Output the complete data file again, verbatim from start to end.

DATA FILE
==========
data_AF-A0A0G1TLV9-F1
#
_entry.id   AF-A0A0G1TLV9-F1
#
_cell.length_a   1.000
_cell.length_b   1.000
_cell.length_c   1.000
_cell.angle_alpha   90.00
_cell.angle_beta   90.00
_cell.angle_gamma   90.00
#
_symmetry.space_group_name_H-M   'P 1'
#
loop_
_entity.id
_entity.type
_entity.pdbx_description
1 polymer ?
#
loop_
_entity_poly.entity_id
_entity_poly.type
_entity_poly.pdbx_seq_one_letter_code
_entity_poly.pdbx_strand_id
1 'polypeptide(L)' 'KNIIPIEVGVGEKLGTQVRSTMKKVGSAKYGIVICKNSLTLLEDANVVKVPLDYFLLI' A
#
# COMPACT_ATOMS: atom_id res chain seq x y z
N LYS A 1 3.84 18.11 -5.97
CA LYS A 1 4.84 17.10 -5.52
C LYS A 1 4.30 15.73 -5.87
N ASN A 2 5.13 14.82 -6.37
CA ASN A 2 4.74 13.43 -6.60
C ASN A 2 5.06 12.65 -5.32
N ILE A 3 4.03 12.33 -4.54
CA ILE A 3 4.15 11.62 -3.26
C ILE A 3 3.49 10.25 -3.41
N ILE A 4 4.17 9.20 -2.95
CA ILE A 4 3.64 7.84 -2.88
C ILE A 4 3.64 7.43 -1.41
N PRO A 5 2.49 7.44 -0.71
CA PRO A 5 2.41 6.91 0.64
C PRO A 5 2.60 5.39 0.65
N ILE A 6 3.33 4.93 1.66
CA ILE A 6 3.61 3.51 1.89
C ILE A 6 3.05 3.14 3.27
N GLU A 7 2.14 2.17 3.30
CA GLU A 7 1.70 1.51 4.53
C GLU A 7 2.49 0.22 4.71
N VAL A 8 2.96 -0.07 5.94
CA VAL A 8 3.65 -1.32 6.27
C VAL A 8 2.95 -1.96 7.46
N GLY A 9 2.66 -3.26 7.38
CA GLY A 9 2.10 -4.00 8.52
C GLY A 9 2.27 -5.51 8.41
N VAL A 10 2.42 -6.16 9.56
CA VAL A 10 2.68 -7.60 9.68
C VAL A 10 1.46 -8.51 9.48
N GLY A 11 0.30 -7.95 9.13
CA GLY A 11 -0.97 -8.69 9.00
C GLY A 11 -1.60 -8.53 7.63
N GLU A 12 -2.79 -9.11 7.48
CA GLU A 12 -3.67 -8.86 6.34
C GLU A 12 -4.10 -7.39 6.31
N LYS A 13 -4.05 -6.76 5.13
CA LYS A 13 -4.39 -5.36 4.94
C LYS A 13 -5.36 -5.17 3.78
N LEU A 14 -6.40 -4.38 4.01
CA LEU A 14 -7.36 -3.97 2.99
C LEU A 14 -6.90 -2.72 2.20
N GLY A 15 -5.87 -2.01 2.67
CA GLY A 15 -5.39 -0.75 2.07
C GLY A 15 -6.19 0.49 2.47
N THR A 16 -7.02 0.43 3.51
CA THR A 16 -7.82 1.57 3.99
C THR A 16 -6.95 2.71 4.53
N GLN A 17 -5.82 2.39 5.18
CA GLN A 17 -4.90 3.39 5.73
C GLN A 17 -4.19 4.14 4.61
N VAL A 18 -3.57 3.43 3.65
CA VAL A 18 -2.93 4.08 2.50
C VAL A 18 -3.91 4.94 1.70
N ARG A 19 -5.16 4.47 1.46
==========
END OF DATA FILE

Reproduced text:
data_AF-A0A0G1TLV9-F1
#
_entry.id   AF-A0A0G1TLV9-F1
#
_cell.length_a   1.000
_cell.length_b   1.000
_cell.length_c   1.000
_cell.angle_alpha   90.00
_cell.angle_beta   90.00
_cell.angle_gamma   90.00
#
_symmetry.space_group_name_H-M   'P 1'
#
loop_
_entity.id
_entity.type
_entity.pdbx_description
1 polymer ?
#
loop_
_entity_poly.entity_id
_entity_poly.type
_entity_poly.pdbx_seq_one_letter_code
_entity_poly.pdbx_strand_id
1 'polypeptide(L)' 'KNIIPIEVGVGEKLGTQVRSTMKKVGSAKYGIVICKNSLTLLEDANVVKVPLDYFLLI' A
#
# COMPACT_ATOMS: atom_id res chain seq x y z
N LYS A 1 3.84 18.11 -5.97
CA LYS A 1 4.84 17.10 -5.52
C LYS A 1 4.30 15.73 -5.87
N ASN A 2 5.13 14.82 -6.37
CA ASN A 2 4.74 13.43 -6.60
C ASN A 2 5.06 12.65 -5.32
N ILE A 3 4.03 12.33 -4.54
CA ILE A 3 4.15 11.62 -3.26
C ILE A 3 3.49 10.25 -3.41
N ILE A 4 4.17 9.20 -2.95
CA ILE A 4 3.64 7.84 -2.88
C ILE A 4 3.64 7.43 -1.41
N PRO A 5 2.49 7.44 -0.71
CA PRO A 5 2.41 6.91 0.64
C PRO A 5 2.60 5.39 0.65
N ILE A 6 3.33 4.93 1.66
CA ILE A 6 3.61 3.51 1.89
C ILE A 6 3.05 3.14 3.27
N GLU A 7 2.14 2.17 3.30
CA GLU A 7 1.70 1.51 4.53
C GLU A 7 2.49 0.22 4.71
N VAL A 8 2.96 -0.07 5.94
CA VAL A 8 3.65 -1.32 6.27
C VAL A 8 2.95 -1.96 7.46
N GLY A 9 2.66 -3.26 7.38
CA GLY A 9 2.10 -4.00 8.52
C GLY A 9 2.27 -5.51 8.41
N VAL A 10 2.42 -6.16 9.56
CA VAL A 10 2.68 -7.60 9.68
C VAL A 10 1.46 -8.51 9.48
N GLY A 11 0.30 -7.95 9.13
CA GLY A 11 -0.97 -8.69 9.00
C GLY A 11 -1.60 -8.53 7.63
N GLU A 12 -2.79 -9.11 7.48
CA GLU A 12 -3.67 -8.86 6.34
C GLU A 12 -4.10 -7.39 6.31
N LYS A 13 -4.05 -6.76 5.13
CA LYS A 13 -4.39 -5.36 4.94
C LYS A 13 -5.36 -5.17 3.78
N LEU A 14 -6.40 -4.38 4.01
CA LEU A 14 -7.36 -3.97 2.99
C LEU A 14 -6.90 -2.72 2.20
N GLY A 15 -5.87 -2.01 2.67
CA GLY A 15 -5.39 -0.75 2.07
C GLY A 15 -6.19 0.49 2.47
N THR A 16 -7.02 0.43 3.51
CA THR A 16 -7.82 1.57 3.99
C THR A 16 -6.95 2.71 4.53
N GLN A 17 -5.82 2.39 5.18
CA GLN A 17 -4.90 3.39 5.73
C GLN A 17 -4.19 4.14 4.61
N VAL A 18 -3.57 3.43 3.65
CA VAL A 18 -2.93 4.08 2.50
C VAL A 18 -3.91 4.94 1.70
N ARG A 19 -5.16 4.47 1.46